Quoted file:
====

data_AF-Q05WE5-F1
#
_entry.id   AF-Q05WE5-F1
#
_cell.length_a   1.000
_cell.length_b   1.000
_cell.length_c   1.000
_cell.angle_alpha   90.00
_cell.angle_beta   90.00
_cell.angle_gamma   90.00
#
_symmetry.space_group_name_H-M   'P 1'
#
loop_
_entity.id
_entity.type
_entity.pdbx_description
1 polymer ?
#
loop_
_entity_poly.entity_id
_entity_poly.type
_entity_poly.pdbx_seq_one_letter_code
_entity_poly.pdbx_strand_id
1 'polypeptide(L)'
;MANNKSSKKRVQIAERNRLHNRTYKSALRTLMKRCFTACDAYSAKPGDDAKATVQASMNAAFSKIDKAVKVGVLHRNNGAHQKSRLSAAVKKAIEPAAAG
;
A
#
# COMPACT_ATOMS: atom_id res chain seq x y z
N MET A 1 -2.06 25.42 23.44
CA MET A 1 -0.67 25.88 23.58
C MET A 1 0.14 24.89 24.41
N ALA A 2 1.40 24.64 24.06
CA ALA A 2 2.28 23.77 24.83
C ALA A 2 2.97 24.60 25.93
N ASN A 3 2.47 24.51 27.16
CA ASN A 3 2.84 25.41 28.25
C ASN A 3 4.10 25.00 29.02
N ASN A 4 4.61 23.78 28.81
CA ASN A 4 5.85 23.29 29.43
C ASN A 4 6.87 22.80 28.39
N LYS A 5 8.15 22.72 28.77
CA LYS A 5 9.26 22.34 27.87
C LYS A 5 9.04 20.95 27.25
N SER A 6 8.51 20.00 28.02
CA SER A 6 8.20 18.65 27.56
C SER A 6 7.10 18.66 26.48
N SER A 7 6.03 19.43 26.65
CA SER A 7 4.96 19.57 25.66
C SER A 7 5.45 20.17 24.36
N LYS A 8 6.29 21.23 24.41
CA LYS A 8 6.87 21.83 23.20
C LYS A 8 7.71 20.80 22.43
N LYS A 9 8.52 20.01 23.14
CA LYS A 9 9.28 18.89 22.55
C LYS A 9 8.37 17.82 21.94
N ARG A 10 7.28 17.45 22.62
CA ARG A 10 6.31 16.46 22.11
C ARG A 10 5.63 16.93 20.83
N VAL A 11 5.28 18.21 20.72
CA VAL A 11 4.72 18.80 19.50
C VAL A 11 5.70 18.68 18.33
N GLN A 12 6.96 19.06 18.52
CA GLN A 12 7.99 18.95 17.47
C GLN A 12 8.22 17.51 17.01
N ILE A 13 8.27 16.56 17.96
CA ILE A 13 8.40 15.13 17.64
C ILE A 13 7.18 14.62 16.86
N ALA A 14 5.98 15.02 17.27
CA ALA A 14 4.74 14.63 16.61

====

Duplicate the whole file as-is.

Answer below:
data_AF-Q05WE5-F1
#
_entry.id   AF-Q05WE5-F1
#
_cell.length_a   1.000
_cell.length_b   1.000
_cell.length_c   1.000
_cell.angle_alpha   90.00
_cell.angle_beta   90.00
_cell.angle_gamma   90.00
#
_symmetry.space_group_name_H-M   'P 1'
#
loop_
_entity.id
_entity.type
_entity.pdbx_description
1 polymer ?
#
loop_
_entity_poly.entity_id
_entity_poly.type
_entity_poly.pdbx_seq_one_letter_code
_entity_poly.pdbx_strand_id
1 'polypeptide(L)'
;MANNKSSKKRVQIAERNRLHNRTYKSALRTLMKRCFTACDAYSAKPGDDAKATVQASMNAAFSKIDKAVKVGVLHRNNGAHQKSRLSAAVKKAIEPAAAG
;
A
#
# COMPACT_ATOMS: atom_id res chain seq x y z
N MET A 1 -2.06 25.42 23.44
CA MET A 1 -0.67 25.88 23.58
C MET A 1 0.14 24.89 24.41
N ALA A 2 1.40 24.64 24.06
CA ALA A 2 2.28 23.77 24.83
C ALA A 2 2.97 24.60 25.93
N ASN A 3 2.47 24.51 27.16
CA ASN A 3 2.84 25.41 28.25
C ASN A 3 4.10 25.00 29.02
N ASN A 4 4.61 23.78 28.81
CA ASN A 4 5.85 23.29 29.43
C ASN A 4 6.87 22.80 28.39
N LYS A 5 8.15 22.72 28.77
CA LYS A 5 9.26 22.34 27.87
C LYS A 5 9.04 20.95 27.25
N SER A 6 8.51 20.00 28.02
CA SER A 6 8.20 18.65 27.56
C SER A 6 7.10 18.66 26.48
N SER A 7 6.03 19.43 26.65
CA SER A 7 4.96 19.57 25.66
C SER A 7 5.45 20.17 24.36
N LYS A 8 6.29 21.23 24.41
CA LYS A 8 6.87 21.83 23.20
C LYS A 8 7.71 20.80 22.43
N LYS A 9 8.52 20.01 23.14
CA LYS A 9 9.28 18.89 22.55
C LYS A 9 8.37 17.82 21.94
N ARG A 10 7.28 17.45 22.62
CA ARG A 10 6.31 16.46 22.11
C ARG A 10 5.63 16.93 20.83
N VAL A 11 5.28 18.21 20.72
CA VAL A 11 4.72 18.80 19.50
C VAL A 11 5.70 18.68 18.33
N GLN A 12 6.96 19.06 18.52
CA GLN A 12 7.99 18.95 17.47
C GLN A 12 8.22 17.51 17.01
N ILE A 13 8.27 16.56 17.96
CA ILE A 13 8.40 15.13 17.64
C ILE A 13 7.18 14.62 16.86
N ALA A 14 5.98 15.02 17.27
CA ALA A 14 4.74 14.63 16.61